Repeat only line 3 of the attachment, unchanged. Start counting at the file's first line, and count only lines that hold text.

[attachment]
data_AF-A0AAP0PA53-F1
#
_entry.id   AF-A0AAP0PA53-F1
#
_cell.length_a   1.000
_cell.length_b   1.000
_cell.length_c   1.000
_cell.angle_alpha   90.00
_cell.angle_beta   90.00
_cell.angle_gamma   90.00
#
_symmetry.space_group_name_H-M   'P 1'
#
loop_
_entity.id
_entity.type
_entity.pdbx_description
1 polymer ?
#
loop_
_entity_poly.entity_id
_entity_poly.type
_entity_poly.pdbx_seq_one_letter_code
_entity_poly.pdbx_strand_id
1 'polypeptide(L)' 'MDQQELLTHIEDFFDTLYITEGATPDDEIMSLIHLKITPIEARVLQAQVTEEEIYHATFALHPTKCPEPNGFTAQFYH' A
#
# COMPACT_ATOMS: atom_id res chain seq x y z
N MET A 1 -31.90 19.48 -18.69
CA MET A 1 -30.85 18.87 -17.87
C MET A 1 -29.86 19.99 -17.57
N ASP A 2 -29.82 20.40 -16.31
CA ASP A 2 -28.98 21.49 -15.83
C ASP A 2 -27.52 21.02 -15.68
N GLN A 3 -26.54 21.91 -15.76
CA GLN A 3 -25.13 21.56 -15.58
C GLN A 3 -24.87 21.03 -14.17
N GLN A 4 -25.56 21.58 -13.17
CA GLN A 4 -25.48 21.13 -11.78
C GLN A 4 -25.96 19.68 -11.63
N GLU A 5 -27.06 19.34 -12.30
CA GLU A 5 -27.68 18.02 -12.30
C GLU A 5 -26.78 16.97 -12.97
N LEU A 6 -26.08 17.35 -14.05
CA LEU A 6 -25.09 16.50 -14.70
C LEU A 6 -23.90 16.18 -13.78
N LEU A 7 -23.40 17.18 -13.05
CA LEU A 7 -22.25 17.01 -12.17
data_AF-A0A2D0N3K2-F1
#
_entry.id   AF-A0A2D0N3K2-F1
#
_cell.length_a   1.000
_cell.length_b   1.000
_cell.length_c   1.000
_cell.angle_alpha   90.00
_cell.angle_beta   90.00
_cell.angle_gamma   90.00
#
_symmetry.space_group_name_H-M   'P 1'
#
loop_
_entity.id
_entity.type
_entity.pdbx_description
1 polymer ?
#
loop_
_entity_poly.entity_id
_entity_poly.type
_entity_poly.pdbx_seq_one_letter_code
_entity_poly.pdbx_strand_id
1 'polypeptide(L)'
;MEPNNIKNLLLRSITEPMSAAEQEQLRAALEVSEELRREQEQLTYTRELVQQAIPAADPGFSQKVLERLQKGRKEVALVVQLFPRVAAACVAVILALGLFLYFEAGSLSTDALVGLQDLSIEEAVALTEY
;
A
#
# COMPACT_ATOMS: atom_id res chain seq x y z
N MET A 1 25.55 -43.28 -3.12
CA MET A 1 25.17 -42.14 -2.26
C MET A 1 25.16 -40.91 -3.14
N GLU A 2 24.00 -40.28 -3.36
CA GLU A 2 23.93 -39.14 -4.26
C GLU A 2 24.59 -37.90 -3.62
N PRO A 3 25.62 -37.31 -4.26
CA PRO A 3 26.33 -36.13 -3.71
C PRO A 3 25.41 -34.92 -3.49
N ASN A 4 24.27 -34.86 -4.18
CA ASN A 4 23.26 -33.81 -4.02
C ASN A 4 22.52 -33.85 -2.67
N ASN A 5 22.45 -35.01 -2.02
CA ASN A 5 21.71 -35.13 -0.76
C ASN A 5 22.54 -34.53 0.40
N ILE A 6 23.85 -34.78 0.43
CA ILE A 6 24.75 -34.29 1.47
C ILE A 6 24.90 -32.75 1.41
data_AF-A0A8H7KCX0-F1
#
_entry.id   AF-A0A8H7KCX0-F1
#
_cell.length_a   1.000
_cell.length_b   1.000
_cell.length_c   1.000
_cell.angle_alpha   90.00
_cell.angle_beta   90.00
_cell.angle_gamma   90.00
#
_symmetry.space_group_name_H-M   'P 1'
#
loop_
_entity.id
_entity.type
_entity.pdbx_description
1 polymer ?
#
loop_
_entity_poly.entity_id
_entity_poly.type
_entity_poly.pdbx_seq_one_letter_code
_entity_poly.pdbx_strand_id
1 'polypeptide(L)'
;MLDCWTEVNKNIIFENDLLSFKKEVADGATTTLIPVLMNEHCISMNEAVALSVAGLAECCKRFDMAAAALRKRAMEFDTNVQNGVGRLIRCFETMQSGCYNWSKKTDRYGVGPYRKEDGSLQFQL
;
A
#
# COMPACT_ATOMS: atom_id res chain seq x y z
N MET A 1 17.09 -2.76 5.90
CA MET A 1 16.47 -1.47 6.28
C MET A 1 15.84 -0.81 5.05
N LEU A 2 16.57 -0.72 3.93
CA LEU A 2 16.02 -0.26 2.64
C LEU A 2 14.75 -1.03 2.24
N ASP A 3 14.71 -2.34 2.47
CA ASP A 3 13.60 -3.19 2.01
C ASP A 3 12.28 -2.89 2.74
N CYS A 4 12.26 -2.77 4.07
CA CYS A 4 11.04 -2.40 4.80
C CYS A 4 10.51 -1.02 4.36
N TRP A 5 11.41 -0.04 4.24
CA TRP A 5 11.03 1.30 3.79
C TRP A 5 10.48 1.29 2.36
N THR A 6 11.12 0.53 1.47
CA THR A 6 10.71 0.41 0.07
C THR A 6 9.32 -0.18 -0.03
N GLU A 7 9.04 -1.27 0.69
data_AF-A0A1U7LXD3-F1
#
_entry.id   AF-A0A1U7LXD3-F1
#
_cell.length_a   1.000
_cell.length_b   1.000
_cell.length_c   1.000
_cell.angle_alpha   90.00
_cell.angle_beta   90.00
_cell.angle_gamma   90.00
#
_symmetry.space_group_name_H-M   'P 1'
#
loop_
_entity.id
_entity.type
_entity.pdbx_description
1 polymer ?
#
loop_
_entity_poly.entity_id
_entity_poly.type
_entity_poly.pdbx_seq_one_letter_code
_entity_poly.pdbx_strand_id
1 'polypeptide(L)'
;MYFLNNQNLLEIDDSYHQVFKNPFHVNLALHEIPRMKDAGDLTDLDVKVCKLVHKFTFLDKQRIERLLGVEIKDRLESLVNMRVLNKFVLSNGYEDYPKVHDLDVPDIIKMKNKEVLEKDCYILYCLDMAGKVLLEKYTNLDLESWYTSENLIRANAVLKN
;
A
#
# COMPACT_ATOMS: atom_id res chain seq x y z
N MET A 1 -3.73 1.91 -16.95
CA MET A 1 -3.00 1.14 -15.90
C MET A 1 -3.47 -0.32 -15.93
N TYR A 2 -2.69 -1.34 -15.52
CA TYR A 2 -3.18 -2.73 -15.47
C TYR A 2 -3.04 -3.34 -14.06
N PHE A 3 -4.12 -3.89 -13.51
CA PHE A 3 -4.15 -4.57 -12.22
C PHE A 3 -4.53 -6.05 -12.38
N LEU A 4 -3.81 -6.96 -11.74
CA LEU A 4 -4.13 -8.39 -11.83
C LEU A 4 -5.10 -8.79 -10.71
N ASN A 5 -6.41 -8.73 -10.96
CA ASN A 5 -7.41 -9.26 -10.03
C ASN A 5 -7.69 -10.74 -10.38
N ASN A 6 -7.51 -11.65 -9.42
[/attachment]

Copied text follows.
_entry.id   AF-A0AAP0PA53-F1